The Leader of the Opposition in the State Assembly, Bhupinder Singh, and other leaders of the Congress, who visited different areas in Rayagada, held the government responsible for the deaths from cholera and diarrhoea. It is apparent that non-availability of safe drinking water, lack of awareness about sanitation among the tribal people, and non-implementation of the total sanitation campaign are the main reasons for so many deaths.

Stock response

All the opposition parties blamed the State government for ignoring the problems of the tribal people in the interior areas. But even as hospitals, dispensaries and health camps remained crowded with patients and many were unable to reach hospitals owing to intermittent rains and the lack of roads, the government had the stock response that all possible measures were being taken to contain the spread of water-borne diseases.

Finally, the administration was forced to deploy the Orissa Disaster Rapid Action Force to transport patients to medical centres from inaccessible areas such as Madhuban in Gudari block of Rayagada. But the last-minute efforts seemed futile when news of deaths began to pour in from distant villages.

The administration did not even have the manpower to distribute bleaching powder, saline, halogen tablets and ORS (oral rehydration solution) packets in the worst-hit areas of Rayagada.

Significantly, the NGOs had not reached the cholera-hit villages even after the government's appeal to them to join medical teams. Some NGO leaders were busy soliciting help from various funding agencies even after the epidemic had claimed a large number of lives. It appeared as if they simply could not venture out of urban areas without ensuring the flow of funds. The same had happened in 2007, too.

The Orissa Adivasi Mahasabha, affiliated to the Communist Party of India (Marxist), staged demonstrations to protest against the government's failure to contain the spread of cholera.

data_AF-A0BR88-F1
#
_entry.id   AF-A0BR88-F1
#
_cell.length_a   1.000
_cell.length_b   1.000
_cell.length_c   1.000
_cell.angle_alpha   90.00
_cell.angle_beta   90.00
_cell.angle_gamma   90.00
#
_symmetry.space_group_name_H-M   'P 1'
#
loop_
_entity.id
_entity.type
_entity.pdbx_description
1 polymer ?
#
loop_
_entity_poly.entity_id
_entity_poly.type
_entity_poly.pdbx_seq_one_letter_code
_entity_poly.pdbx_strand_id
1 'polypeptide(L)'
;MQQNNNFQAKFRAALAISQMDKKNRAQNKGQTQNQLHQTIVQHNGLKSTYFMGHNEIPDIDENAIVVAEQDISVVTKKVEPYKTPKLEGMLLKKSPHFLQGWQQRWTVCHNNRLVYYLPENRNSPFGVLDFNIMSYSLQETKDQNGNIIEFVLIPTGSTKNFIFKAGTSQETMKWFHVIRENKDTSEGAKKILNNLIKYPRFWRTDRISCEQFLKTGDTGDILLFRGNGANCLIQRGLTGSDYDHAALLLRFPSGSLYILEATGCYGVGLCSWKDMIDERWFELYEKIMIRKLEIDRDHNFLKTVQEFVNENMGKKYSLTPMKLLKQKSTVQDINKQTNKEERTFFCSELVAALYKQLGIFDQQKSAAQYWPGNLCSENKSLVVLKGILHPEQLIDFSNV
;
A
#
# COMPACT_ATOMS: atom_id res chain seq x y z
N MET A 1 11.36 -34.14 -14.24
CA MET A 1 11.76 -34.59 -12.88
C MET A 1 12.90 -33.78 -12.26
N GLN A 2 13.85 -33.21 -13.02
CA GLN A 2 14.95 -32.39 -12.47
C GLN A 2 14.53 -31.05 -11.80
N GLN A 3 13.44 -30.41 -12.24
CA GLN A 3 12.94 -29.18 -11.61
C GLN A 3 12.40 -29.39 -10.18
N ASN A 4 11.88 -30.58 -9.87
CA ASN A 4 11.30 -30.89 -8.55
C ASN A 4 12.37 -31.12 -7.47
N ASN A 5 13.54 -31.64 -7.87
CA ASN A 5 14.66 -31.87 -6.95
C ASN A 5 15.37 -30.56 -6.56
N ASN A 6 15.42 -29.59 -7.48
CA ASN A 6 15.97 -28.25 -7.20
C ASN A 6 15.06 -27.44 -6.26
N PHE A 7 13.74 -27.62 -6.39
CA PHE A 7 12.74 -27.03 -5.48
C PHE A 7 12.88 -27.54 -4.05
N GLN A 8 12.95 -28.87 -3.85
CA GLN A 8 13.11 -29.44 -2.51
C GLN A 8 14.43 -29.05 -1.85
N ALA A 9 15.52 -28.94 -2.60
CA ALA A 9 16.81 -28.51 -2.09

More than 2,000 people had died of diarrhoea in the State in the past five years, said Chambru Soren, its organising secretary. He said that when the government was making tall claims about tribal development, the death of so many people due to cholera was criminal.

This is not the first time that Orissa has seen so many deaths from cholera and diarrhoea. In 2007, the State government admitted to the death of at least 178 persons in Rayagada, Koraput, Kalahandi and Gajapati districts by September 4. Unofficial reports put the toll at over 300 that year.

Rayagada, which has been badly hit by diarrhoeal deaths in the past, was in the news in 2001 when many people died of malnutrition and hunger. People in the district eat mango kernel and other inedible items during the monsoon months when they face severe shortage of food. Life becomes miserable for them because there is no work in the season.

Rayagada is not the only district where food insecurity and lack of proper health care affect the lives of scores of people. This is a common feature in several other places, particularly the seven districts in the backward Kalahandi-Bolangir-Koraput region.

Significantly, it is not just that the administration at the district level has failed to implement various development projects in the interiors of Orissa; the State government has also failed to contain the Maoist menace in these regions. The government has apparently been busy processing the applications of big corporate entities in order to make recommendations to the Central government to grant them leases to mine bauxite, iron ore and coal.

Corporate leaders who were camping in the State had little concern for the suffering people whose land and hills they were planning to mine.